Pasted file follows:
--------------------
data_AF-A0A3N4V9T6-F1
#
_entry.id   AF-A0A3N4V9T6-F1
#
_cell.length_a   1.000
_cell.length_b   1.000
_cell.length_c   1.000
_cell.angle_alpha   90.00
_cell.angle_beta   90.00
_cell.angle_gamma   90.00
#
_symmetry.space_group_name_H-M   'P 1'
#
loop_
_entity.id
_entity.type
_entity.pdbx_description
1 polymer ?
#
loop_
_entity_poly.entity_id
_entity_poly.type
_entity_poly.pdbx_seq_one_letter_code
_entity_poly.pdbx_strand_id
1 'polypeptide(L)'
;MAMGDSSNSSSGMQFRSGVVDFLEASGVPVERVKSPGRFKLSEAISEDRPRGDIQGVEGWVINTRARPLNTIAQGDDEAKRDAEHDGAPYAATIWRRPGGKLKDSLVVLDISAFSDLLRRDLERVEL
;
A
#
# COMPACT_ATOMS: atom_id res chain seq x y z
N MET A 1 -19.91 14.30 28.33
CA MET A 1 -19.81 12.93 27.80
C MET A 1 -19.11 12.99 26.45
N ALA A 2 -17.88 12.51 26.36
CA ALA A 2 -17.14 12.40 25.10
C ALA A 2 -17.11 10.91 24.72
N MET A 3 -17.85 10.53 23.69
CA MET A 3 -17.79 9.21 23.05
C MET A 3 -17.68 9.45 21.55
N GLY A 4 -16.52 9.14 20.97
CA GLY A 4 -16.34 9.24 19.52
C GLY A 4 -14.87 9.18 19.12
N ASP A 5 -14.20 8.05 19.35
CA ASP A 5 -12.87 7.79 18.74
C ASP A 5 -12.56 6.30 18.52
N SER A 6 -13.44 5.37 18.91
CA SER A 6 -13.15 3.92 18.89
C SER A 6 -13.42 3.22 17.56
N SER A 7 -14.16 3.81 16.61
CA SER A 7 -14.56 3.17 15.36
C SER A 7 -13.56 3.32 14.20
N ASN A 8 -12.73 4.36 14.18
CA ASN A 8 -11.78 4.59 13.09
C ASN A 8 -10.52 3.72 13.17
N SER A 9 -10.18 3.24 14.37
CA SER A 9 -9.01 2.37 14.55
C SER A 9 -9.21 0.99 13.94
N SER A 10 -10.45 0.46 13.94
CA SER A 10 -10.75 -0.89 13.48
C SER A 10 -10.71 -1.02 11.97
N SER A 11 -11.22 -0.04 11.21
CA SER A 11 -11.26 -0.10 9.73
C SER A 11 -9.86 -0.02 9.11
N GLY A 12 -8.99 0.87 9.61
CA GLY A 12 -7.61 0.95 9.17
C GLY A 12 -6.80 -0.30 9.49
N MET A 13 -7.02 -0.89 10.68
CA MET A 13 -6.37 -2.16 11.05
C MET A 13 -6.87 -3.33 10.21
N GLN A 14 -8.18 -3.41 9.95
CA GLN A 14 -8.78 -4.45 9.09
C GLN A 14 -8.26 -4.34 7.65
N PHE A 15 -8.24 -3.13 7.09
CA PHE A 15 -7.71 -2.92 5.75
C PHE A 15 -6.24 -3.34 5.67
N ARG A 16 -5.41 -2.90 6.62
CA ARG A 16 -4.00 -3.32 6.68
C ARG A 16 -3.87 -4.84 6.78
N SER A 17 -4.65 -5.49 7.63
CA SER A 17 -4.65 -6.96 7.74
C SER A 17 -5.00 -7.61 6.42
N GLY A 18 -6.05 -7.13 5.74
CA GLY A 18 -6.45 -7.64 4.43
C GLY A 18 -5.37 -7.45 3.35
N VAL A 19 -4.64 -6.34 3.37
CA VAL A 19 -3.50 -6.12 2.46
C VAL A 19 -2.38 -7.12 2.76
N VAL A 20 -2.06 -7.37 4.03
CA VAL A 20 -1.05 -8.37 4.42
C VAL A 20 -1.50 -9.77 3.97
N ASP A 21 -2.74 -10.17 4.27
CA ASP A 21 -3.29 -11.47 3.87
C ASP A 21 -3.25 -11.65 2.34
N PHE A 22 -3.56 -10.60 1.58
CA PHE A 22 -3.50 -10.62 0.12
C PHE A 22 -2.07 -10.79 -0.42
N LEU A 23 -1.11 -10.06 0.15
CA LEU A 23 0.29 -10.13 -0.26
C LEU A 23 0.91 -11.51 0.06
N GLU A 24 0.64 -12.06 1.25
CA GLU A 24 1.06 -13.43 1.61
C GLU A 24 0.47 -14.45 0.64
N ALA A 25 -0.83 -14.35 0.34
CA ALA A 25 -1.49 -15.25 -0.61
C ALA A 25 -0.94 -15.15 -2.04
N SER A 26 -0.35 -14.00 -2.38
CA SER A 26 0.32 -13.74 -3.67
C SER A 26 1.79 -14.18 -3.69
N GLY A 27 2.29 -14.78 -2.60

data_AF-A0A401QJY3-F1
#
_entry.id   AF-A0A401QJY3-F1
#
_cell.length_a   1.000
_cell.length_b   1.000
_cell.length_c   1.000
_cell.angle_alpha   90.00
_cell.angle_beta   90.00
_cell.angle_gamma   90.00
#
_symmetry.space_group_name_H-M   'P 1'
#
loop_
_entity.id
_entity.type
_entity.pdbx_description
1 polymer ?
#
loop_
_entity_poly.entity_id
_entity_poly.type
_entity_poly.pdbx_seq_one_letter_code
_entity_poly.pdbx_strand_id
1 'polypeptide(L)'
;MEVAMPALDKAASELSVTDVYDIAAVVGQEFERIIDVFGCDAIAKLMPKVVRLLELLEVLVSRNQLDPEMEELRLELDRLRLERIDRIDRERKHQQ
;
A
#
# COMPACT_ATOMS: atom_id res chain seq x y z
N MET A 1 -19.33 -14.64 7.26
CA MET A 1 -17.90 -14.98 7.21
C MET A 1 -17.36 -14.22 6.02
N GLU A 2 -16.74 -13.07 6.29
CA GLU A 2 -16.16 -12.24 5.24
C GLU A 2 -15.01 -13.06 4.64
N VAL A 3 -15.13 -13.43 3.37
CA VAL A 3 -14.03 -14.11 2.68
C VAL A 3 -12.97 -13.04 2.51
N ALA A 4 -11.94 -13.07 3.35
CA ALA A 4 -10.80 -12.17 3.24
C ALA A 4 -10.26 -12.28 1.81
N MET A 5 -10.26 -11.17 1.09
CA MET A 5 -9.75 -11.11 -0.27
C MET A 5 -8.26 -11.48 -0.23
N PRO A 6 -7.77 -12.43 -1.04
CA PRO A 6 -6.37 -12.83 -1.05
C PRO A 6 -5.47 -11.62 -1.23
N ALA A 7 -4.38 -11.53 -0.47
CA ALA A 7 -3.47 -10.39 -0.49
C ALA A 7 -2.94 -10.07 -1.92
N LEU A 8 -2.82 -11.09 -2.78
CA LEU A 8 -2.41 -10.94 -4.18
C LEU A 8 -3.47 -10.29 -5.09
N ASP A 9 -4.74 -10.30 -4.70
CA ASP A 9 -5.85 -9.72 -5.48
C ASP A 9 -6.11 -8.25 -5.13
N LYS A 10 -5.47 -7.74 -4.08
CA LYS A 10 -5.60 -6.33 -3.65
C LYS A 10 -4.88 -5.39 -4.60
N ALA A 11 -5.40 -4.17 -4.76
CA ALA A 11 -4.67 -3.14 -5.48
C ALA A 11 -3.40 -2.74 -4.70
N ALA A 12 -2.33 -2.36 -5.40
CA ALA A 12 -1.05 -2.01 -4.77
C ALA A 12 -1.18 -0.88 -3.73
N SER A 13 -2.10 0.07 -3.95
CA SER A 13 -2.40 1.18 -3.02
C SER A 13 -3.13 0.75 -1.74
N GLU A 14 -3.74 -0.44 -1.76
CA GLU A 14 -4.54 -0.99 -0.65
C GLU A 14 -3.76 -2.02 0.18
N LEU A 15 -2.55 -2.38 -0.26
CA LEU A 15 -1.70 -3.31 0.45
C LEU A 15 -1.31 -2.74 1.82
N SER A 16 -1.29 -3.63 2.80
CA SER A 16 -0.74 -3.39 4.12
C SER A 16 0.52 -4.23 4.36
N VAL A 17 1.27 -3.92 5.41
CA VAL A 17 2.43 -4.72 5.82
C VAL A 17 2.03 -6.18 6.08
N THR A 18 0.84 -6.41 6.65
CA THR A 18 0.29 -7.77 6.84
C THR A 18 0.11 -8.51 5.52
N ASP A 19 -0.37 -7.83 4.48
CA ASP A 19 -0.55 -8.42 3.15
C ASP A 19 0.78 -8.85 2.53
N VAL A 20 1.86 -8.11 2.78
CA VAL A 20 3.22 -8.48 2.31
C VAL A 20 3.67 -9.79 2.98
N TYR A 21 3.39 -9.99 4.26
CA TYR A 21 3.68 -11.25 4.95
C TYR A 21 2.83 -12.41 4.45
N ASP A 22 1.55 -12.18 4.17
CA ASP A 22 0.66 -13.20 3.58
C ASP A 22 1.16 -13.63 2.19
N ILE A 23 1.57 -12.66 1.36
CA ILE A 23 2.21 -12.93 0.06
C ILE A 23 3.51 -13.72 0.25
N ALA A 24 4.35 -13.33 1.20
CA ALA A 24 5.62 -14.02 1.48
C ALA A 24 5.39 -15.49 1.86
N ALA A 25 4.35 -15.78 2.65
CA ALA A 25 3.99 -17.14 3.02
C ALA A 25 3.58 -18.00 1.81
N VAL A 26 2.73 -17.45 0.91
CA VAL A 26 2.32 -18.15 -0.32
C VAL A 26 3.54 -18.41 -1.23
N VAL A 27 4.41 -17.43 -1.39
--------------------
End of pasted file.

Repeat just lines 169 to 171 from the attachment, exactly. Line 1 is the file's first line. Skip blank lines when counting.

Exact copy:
C LYS A 10 -4.88 -5.39 -4.60
N ALA A 11 -5.40 -4.17 -4.76
CA ALA A 11 -4.67 -3.14 -5.48